If you have found this article first, please read Medical Source Statements –Part One before continuing. For more information, contact a Nampa Social Security Attorney in our office. This article covers SSR 96-2p, which is entitled “Giving Controlling Weight to Treating Source Medical Opinions” and provides your Social Security attorney with the criteria judges must use to evaluate the opinions of your doctors.
What If The Treating Source Opinion Is Not Entitled To Controlling Weight?
Even if a treating physician’s opinion is not entitled to controlling weight, your Social Security Attorney should attempt to show that your treating source medical opinions are still entitled to deference and must be weighed using all of the following factors:
- Examining relationship. Generally, Social Security gives more weight to the opinion of a source who has examined you than to the opinion of a source who has not examined you.
- Treatment relationship. Social Security looks at the length of the treatment relationship and the frequency of examinations as well as the nature of the treatment relationship. Generally, Social Security gives more weight to opinions from your treating sources, since these sources are likely to be the medical professionals most able to provide a detailed, picture of your medical impairment(s) over time and may bring a unique perspective to the medical evidence that cannot be obtained from the objective medical findings alone or from reports of individual examinations, such as consultative examinations or brief hospitalizations.
- Supportability. The better the explanation a source provides for the opinion given and the more evidence there is to support a medical source opinion, such as medical signs and laboratory findings, the more weight Social Security will give that opinion.
- Consistency. Generally, the more consistent an opinion is with the record as a whole, the more weight Social Security will give to that opinion.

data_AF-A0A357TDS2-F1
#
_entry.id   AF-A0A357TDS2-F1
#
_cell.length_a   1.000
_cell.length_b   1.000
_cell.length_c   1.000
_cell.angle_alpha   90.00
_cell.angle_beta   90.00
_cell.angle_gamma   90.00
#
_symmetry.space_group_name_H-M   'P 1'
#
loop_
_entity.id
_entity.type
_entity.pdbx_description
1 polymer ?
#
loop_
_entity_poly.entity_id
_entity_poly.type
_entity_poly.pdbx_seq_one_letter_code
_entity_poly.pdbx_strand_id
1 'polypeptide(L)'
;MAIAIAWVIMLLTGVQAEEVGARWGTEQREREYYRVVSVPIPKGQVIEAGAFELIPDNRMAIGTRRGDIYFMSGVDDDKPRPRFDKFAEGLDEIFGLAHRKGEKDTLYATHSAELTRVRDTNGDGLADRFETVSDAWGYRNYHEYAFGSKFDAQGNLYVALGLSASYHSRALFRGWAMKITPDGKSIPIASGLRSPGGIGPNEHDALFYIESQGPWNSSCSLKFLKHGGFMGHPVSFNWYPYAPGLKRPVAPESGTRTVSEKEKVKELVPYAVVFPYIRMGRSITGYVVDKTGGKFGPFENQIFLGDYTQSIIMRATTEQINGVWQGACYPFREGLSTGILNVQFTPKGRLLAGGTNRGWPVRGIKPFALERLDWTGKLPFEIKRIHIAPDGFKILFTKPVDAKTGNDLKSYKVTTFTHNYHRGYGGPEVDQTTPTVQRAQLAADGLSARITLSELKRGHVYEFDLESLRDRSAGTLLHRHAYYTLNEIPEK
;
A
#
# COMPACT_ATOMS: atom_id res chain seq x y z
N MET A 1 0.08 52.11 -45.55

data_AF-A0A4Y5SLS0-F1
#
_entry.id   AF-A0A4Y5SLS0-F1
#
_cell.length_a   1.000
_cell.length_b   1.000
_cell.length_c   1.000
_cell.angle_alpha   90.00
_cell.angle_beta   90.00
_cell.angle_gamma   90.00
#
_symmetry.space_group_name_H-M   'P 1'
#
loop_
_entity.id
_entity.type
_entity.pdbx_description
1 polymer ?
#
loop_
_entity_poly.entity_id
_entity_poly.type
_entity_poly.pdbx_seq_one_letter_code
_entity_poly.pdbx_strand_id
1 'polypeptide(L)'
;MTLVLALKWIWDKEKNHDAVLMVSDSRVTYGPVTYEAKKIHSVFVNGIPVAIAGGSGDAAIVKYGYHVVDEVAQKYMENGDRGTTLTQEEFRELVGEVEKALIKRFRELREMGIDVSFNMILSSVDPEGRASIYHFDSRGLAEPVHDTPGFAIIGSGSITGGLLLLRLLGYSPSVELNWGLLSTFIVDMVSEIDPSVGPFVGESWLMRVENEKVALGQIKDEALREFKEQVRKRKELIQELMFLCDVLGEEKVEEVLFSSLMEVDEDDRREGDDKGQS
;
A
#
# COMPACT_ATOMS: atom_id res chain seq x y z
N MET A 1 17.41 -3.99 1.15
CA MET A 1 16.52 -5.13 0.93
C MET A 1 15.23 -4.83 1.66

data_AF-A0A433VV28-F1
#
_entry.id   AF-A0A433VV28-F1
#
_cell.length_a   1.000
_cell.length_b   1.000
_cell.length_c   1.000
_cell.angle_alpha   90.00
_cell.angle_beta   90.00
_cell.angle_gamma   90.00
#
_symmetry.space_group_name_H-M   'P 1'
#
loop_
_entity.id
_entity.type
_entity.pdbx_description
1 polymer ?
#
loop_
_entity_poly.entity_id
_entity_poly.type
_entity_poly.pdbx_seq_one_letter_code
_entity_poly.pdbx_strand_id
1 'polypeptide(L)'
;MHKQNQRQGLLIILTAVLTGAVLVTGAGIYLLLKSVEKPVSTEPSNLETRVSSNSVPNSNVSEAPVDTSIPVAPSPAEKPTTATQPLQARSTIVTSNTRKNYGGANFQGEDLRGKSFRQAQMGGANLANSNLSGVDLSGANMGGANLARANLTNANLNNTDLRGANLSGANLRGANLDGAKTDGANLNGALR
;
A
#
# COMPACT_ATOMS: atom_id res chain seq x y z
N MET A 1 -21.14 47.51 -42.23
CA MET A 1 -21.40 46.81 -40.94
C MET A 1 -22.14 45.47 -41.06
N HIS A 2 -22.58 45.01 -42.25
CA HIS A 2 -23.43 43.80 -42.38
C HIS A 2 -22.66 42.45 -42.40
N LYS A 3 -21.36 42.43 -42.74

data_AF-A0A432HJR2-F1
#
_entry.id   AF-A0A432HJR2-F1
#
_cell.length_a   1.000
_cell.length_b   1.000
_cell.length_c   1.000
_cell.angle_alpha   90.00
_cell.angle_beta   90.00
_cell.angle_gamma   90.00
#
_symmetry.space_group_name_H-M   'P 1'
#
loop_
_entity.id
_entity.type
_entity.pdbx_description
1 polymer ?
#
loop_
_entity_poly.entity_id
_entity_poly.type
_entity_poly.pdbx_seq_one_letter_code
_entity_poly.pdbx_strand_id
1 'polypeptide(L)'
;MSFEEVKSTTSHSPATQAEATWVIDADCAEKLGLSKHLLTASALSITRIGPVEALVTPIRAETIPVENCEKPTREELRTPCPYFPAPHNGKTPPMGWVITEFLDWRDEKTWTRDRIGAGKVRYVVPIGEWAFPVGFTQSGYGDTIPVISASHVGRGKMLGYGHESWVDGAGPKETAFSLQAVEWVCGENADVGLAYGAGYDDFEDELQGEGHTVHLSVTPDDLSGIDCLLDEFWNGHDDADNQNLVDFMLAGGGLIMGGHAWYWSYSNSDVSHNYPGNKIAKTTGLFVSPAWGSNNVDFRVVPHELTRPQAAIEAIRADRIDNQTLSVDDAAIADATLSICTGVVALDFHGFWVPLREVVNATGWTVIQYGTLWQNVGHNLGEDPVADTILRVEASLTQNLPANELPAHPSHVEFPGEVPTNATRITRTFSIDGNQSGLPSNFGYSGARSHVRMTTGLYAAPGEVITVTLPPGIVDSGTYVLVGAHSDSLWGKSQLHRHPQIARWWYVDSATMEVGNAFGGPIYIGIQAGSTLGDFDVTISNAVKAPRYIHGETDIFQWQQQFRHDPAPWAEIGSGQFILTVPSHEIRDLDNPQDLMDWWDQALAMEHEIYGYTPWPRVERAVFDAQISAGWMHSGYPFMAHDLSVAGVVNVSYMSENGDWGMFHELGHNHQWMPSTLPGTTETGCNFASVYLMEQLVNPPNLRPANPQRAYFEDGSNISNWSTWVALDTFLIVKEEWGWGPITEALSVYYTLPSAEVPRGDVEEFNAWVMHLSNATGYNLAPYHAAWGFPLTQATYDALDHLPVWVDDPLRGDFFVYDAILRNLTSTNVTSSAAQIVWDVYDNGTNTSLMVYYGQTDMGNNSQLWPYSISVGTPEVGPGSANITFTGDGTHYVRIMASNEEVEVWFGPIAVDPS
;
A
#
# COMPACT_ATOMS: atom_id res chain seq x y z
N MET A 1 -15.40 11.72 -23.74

- Specialization. Social Security generally gives more weight to the opinion of a specialist about medical issues related to his or her area of specialty than to the opinion of a source who is not a specialist.
- Other factors. Social Security will also consider any factors you or others bring to their attention that tend to support or contradict the opinion.
SSR 96-2p is very helpful to you and to your Social Security attorney in proving your disability. A judge must always give good reasons in his or her decision for the weight he or she gives to your treating source’s opinion. If your are denied disability, the decision denying benefits must contain specific reasons for the weight given to the treating source’s medical opinion, supported by the evidence in the case record, and must be sufficiently specific to make clear to any subsequent reviewers the weight the adjudicator gave to the treating source’s medical opinion and the reasons for that weight.
Remember: Social Security only has to give serious consideration to acceptable medical sources such as doctors. Other common treating sources are not entitled to this consideration. These “other sources” not entitled to such serious consideration include nurse-practitioners, physicians’ assistants, naturopaths, chiropractors, audiologists, and therapists, school teachers, counselors, early intervention team members, developmental center workers, and daycare center workers, social welfare agency personnel, and non-medical sources (for example, spouses, parents and other caregivers, siblings, other relatives, friends, neighbors, and clergy). Ask one of our Nampa Social Security attorneys if you have a question about whether your treating source is “Acceptable”.
Treating source means your own physician, psychologist, or other acceptable medical source who (1) provides you, or has provided you, with medical treatment or evaluation and (2) who has, or has had, an ongoing treatment relationship with you. Social Security will consider that you have an ongoing treatment relationship with an acceptable medical source when the medical evidence establishes that you see, or have seen, the source with a frequency consistent with accepted medical practice for the type of treatment and evaluation required for your medical condition. Social Security may consider an acceptable medical source who has treated or evaluated you only a few times or only after long intervals (e.g., twice a year) to be your treating source if the nature and frequency of the treatment or evaluation is typical for your condition. Social Security will not consider an acceptable medical source to be your treating source if your relationship with the source is not based on your medical need for treatment or evaluation, but solely on your need to obtain a report in support of your claim for disability.
This article on 96-2p is continued on the link below. Be sure to ask a Nampa Social Security Attorney in our office about getting a medical source statement to your doctor.
Click To Go To Part Three Of Social Security Attorney Medical Source Statements
Originally posted 2014-06-02 13:59:28.